Monday, July 13, 2015


A loose but strange parallel seems to be developing in American society hence in the political attitude of the people. It may be difficult to explain because the differences seem greater than the similarities but in my mind, they really are not. I am refereeing to the similarity of Presidents Wilson’s attempt to pacify the world through his proposal to form a league of nations united by peace and President Obama’s attempt to pacify the Middle East through negotiations with Iran. The first problem to face in the parallel is a matter of scale. In the shadow of the Iraq War, the Middle East in 2015 is the center of a potentially devastating war just as the winning powers of that war conducted peace talks in 1919 in Paris in the shadow of the First World War. We tend to think of the entire world being involved in the First World War but because of advances in communications and manner of dissemination of news, the Middle East is the modern equivalent in terms of being center of our 2015 war concerns. The second parallel is the economic situation in the Untied States. In 1919, we had the problem of moving from a spendthrift wartime economy to a peacetime economy. The government borrowed excessive amounts of money without hesitation to meet war needs, but as soon as the war is over no one in the war-weary country wants to collect taxes to pay that debt. Unemployment is high and wages are low, which induces great stress between labor and management. Great strikes were taking place across the country at the time between labor and management. The coal miner strikes, the steel workers strike, and strikes by police and firefighters across the nation in conjunction with veteran unrest and over the lack of jobs and the lack of care for those wounded in the wars. In 1919, a public service union strike in Boston brought the labor-management situation to a head. A Republican governor, Calvin Coolidge, rather than find a compromise solution, simply outlawed the strike. A decisive Republican president repeated this attack against labor in 1981 when rather than compromise, fired the air traffic controllers for striking. In both cases, the words resonating in the media condemning labor reference the workers as having communist connection with no counter theme by labor leaders. The social situation in America, even in 1919, was mild compared to other parts of the world. Post World War 1, the world had to face the communist revolution, which was taking place in Russia and the right wing anti-communist moves in other countries. As is usual, politicians pitted the rhetoric with the extremes of communism against the extremes of developing right-wing dictators such as Hitler in Germany, Mussolini in Italy, and Chairman Moa in China. These forms of government extremes were developing, but no country fully realize their objectives so the people of the world did not know what the result of all of this political turmoil would be. In the United States, the people had much the same tendency. A rather astute Democratic President Roosevelt eventually permitted strikes, which happen extensively but were mild compared to open insurrection by labor as in Russia or dictatorial power by the right wing as happened in Germany. President Woodrow Wilson was the first American president to stand against realpolitik, which means the country will all the military might is the winner—bestial might is morally right. He embodied his proposal in the peace treaty referred to as the Treaty of Versaille, to from a league of nations who would stand against war. Of course, he could not know the future but realized the tendencies of man would lead us to another and even more destructive war. The Congress of the Untied States, lead by radical right wing Henry Cabot Lodge, Senator from Massachusetts, failed to ratify the treaty, an act that we can directly tie to starting the second world war. Lodge acted toward Wilson in a manner similar to the way the Republicans of today react to President Obama that is with ungrounded hate. No one could predict what would happen, but we can look back on history and feel confident we know what did happen. The name of Henry Cabot Lodge will and should live in infamy as the man most responsible for 60 million, or 3% of the world’s population, dying. Everyone knows the treaty is a good treaty intended to build peace in the Middle East. Failure to ratify it will lead to war; I am not sure what name the people will attach if our Congress fails to ratify the nuclear arms agreement with Iran. I also know that Congress will not ratify the treaty, if that is what happens, because of groundless hate for Obama. The name attached failure to ratify is not even a United States senator. That name is Benjamin Netanyahu, the current Israeli Prime Minister. I do know this there will be a massive outbreak of violence in the Middle East and the United States will be involved if Congress fails to ratify that treaty. With that involvement, all Muslims will align against the United States first and then the Christian world. I should note that a senseless worldwide wave religious based hate lead by a strong wave of anti-Semitism would follow because of the part Netanyahu played in the affair because he claims to represent all Jewish people rather than just a small radical group of Zionists in the Likud Party. Thus, the suffering will not just be in the Middle East. Many Jewish people will suffer if our Congress fails to ratify that treaty. Is all this speculation just hyperbole on my part? Remember, it was all hyperbole when Wilson was fighting for a road to peace. URL: Comments Invited and not moderated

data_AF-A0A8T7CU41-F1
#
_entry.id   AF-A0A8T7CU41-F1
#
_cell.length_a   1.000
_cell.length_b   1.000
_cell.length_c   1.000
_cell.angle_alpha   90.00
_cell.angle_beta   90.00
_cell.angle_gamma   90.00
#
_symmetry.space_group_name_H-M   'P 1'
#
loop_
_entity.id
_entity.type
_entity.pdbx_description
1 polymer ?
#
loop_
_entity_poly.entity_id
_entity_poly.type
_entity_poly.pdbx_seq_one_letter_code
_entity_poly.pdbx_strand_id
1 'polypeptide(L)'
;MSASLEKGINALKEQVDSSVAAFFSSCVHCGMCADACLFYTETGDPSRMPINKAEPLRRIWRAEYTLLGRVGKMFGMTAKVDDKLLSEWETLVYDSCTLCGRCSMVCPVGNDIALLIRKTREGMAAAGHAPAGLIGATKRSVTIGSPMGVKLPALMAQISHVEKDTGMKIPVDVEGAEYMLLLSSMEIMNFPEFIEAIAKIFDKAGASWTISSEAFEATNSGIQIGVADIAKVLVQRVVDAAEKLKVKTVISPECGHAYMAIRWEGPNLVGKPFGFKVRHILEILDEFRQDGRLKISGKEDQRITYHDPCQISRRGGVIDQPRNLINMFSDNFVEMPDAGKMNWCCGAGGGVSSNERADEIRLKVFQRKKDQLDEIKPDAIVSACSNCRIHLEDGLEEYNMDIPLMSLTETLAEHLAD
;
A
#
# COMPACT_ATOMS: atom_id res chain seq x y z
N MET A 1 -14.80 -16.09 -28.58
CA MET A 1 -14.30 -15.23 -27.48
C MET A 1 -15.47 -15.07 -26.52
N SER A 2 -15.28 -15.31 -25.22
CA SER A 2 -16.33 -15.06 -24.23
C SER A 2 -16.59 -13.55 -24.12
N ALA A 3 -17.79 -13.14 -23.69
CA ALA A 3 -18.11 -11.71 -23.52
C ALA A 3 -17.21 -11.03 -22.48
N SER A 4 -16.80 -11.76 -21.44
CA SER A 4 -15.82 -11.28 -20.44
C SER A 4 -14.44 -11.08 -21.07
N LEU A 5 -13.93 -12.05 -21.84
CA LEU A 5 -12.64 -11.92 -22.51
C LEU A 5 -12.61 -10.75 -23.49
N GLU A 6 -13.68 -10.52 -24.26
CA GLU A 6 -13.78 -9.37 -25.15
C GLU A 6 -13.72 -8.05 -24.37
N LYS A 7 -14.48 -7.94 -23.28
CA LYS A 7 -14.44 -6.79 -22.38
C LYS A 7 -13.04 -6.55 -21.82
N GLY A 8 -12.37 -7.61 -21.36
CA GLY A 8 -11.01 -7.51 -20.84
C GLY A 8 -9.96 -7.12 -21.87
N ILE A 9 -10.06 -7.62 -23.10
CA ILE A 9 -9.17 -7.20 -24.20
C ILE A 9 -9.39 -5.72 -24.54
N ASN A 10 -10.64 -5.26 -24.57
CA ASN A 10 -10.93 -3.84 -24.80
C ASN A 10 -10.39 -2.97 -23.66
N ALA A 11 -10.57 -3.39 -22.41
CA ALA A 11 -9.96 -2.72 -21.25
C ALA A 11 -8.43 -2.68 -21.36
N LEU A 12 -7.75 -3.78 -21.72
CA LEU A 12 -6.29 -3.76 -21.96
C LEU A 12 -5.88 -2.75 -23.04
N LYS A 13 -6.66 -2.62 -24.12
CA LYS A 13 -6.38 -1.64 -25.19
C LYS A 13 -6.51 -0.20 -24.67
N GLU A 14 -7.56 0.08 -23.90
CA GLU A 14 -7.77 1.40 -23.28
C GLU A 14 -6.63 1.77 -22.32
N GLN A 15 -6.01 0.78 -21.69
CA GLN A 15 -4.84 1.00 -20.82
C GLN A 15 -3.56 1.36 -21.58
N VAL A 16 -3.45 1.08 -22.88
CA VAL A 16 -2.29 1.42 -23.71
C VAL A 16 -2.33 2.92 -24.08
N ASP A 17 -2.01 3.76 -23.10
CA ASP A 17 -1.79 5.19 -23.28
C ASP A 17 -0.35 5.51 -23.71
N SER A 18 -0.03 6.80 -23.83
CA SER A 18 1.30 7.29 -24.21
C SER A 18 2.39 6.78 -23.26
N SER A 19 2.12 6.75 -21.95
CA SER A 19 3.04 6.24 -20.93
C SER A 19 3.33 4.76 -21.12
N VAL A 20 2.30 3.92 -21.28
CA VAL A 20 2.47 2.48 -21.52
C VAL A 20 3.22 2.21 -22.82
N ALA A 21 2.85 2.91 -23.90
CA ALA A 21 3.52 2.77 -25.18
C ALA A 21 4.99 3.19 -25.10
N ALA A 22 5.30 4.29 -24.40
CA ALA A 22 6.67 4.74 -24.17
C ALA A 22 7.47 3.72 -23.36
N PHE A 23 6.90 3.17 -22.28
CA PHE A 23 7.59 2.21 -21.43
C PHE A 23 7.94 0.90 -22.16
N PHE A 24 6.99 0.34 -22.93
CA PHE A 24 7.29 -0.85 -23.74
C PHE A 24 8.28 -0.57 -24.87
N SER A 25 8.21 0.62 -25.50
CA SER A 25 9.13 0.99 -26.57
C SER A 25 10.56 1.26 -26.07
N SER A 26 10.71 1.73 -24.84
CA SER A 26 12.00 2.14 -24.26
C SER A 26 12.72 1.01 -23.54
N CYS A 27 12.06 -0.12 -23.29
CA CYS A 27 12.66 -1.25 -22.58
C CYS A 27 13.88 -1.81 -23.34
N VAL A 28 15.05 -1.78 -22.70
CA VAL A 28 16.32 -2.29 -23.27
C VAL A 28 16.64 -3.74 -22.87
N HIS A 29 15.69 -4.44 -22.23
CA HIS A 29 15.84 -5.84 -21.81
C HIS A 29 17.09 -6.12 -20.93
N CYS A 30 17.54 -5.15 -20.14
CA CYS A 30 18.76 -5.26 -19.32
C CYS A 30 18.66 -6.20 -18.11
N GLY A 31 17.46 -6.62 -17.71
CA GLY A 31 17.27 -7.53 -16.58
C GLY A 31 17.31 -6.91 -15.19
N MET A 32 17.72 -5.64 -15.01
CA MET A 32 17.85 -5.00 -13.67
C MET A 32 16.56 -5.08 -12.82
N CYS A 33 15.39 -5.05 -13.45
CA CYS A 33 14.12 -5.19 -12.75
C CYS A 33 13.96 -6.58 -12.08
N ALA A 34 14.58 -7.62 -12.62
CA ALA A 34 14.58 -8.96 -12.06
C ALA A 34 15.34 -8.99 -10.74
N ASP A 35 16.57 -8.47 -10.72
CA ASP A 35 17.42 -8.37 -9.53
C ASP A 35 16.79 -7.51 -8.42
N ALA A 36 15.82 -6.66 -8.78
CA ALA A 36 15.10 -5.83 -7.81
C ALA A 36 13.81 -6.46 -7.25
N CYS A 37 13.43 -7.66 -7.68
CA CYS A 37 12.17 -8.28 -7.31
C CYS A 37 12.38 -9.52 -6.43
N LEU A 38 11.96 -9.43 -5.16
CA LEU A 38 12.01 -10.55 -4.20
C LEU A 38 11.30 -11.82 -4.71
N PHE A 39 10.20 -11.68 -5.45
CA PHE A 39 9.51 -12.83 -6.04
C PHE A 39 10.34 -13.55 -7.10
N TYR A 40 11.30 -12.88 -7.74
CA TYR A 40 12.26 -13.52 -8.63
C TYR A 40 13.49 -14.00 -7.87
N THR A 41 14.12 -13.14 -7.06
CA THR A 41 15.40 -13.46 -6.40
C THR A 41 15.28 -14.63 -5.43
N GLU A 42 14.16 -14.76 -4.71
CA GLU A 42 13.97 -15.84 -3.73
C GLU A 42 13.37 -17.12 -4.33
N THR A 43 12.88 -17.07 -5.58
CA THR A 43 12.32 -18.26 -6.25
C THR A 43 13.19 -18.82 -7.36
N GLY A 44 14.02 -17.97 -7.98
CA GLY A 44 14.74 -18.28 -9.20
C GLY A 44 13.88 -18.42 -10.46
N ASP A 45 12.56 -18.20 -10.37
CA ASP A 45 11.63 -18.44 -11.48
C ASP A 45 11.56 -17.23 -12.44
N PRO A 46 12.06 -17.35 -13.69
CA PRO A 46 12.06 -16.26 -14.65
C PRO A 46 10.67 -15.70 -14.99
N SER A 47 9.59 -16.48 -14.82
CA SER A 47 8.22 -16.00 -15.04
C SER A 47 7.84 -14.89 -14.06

No comments:

Post a Comment